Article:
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18 Women Describe How They Knew They Were Asexual

If you Googled “am I asexual?” and landed on this article, here’s a little secret: You might be. You also might not be. Asexuality tends to go unnoticed within the LGBTQ+ community, so the fact that you know enough to Google is great.

Some people believe it’s not a valid orientation since it doesn’t involve sexual preferences, while others simply are only used to hearing the “L-G-B-T” part and forget the rest. But if you’re aren’t as familiar with the term you’d like to be, let’s start by addressing what it means to be asexual.

According to The Trevor Project , it’s “little interest in having sex even though most desire emotionally intimate relationships.” This can look like not wanting to masturbate, not kissing, not having sexual feelings, you get it.

But while not being interested in sex and/or feeling out of place in the dating world could be some signs you are asexual, it’s important to remember that everyone’s experience is different. You’re the only person who can really know how you feel when it comes to sexual attraction, so don’t give labels too much power when they are meant to help foster a sense of community—not make the process even more difficult.

To help show you how there’s no one way to be asexual, we’ve talked to 19 people who have shared their experiences realizing they were asexual and what that has meant for them.

Remember though, regardless of where you fall on the spectrum, your identity is valid. There’s no one-box-fits-all when it comes to being asexual—or any identity for that matter.What’s most important is that you feel comfortable, safe, and empowered in your own skin, and find the love and relationship you want and deserve.

1. “I knew something was different about me when I was about 14, and I kept hearing about the other kids in my class losing their virginity. I didn’t understand why they would they would want to have sex. I had always thought sex was something just for adults, like drinking or cussing. When I was 16, I got my first boyfriend, and I was so in love. But even then, I didn’t want to have sex with him. I just felt like ‘Well we’ve been dating for six months, so I guess this is the next step.’ Then when I was 18-22, those years were filled with one night stands because that’s what my friends were doing, and it’s what the guys I would meet wanted, so I just assumed this is what people did. I didn’t grow up with many friends and I desperately wanted to fit in with the few more I had made as I got older. I heard the term demisexual when I was 22 and it felt like I was seeing the world in brand new colors. Nobody around me knew what that term meant, and I was an oddball when I came out as demisexual, but it felt so liberating to finally have a sense of understanding of myself that I didn’t care. I’m 29 now, a sex positive panromantic asexual, and I’ve never been happier with myself, just being myself.” —Marianne, 29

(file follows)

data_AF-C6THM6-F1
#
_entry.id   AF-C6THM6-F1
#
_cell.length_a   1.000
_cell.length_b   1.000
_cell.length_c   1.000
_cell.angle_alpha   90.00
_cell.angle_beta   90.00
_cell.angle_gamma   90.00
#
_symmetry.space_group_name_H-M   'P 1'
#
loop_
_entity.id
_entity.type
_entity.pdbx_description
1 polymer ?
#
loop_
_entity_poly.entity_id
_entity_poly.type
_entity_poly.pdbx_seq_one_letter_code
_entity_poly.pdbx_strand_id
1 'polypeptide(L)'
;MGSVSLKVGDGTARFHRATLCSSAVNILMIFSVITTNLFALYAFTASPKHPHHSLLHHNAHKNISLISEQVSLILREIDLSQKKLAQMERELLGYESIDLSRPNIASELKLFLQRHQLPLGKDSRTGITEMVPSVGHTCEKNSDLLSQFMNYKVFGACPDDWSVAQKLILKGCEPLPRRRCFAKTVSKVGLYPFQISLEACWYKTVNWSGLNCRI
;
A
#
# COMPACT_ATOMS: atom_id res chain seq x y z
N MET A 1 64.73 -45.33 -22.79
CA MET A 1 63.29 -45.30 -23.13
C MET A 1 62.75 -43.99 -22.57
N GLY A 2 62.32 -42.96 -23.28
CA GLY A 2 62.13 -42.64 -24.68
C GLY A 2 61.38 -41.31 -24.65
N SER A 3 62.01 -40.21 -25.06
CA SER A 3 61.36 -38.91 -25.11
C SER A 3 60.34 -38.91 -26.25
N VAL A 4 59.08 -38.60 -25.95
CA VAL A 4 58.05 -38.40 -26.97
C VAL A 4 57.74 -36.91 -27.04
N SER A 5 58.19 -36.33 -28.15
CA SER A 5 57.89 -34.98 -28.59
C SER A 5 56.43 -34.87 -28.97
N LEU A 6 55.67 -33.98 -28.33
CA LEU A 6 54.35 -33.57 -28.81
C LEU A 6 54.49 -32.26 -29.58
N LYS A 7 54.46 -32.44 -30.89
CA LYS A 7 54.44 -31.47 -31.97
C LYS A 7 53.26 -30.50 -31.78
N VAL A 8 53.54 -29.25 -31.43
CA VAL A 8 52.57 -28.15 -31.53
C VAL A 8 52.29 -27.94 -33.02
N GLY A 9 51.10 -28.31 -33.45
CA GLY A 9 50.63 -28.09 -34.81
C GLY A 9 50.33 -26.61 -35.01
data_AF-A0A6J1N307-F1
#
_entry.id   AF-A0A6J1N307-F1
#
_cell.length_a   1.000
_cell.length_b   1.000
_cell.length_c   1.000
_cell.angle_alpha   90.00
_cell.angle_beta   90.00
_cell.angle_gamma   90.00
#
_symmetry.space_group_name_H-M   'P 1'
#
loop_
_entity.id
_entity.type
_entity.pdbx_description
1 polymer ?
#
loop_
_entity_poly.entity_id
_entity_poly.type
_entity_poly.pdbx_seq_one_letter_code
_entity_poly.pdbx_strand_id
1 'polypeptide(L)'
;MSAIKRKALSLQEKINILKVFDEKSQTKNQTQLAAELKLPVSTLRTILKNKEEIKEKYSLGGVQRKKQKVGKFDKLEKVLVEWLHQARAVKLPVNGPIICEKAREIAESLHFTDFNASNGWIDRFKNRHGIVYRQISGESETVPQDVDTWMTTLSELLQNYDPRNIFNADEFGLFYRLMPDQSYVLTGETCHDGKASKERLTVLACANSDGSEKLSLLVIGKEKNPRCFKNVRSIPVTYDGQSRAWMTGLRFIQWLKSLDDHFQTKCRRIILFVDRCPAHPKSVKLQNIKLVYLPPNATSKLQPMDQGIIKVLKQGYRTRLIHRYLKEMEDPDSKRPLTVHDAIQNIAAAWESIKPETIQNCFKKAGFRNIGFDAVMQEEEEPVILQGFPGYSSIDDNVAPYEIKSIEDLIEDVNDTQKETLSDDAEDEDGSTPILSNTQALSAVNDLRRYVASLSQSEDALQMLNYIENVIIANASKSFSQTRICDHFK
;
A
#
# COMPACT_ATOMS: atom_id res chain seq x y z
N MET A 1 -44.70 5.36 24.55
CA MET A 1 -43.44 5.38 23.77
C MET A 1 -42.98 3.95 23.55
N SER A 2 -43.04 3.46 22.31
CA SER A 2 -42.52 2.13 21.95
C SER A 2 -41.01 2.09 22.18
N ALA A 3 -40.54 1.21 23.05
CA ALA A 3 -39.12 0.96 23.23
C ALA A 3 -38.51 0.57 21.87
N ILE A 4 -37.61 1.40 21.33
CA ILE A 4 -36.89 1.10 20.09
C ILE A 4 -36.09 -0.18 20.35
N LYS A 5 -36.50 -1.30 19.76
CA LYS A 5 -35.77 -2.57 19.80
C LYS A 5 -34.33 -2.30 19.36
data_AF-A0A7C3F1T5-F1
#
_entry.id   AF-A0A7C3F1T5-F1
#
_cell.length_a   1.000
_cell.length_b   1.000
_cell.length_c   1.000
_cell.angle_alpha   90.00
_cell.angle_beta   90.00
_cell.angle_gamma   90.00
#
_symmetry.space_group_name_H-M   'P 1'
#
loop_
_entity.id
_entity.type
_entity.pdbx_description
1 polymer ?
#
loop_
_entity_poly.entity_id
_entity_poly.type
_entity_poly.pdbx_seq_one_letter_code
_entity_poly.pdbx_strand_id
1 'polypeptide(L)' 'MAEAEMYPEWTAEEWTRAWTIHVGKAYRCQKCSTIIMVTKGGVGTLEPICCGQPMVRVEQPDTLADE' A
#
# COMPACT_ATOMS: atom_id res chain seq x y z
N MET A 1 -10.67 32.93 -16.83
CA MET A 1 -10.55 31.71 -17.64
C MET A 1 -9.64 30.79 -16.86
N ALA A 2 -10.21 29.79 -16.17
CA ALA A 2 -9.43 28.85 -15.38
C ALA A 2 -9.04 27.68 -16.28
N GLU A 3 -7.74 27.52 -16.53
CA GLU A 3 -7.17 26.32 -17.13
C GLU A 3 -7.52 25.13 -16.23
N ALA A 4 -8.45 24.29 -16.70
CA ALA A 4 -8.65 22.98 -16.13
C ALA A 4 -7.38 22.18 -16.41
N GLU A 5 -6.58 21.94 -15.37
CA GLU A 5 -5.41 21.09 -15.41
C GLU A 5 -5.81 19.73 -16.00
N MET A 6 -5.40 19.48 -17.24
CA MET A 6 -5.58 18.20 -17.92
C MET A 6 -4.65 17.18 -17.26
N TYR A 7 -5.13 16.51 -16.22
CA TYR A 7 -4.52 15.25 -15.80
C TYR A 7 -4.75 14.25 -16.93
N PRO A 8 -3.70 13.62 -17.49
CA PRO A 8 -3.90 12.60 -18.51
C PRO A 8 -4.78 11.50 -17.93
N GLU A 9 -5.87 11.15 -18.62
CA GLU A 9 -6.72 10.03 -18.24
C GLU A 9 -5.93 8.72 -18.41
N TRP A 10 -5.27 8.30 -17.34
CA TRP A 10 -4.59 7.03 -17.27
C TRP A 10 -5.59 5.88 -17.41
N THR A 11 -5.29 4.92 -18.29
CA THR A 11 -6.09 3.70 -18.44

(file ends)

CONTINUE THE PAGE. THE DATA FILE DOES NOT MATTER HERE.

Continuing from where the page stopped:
2. “First inclination was when I did a quiz for the Kinsey scale off a link from Tumblr, and ‘failed’ it with an F, meaning it couldn’t determine where I would fall on the scale. The questions were set in a way that asked if the reason I would not have sex with a person was because of their gender, and all I could think was ‘It wouldn’t be because of that specifically…so no.’ It didn’t give an option to elaborate since it’s just a point and click quiz. That was eight years ago when I was 23. I started learning about asexuality after that and thinking it applied to me when I was 25. When movies, TV, or people around me would talk about sex and how they counted the days since the last time they had it, I couldn’t relate in the slightest and would think ‘Is it really that big of a deal?’ I figured I just had a low libido up until then, which is true, but not for what I thought it was.” —Candice, 31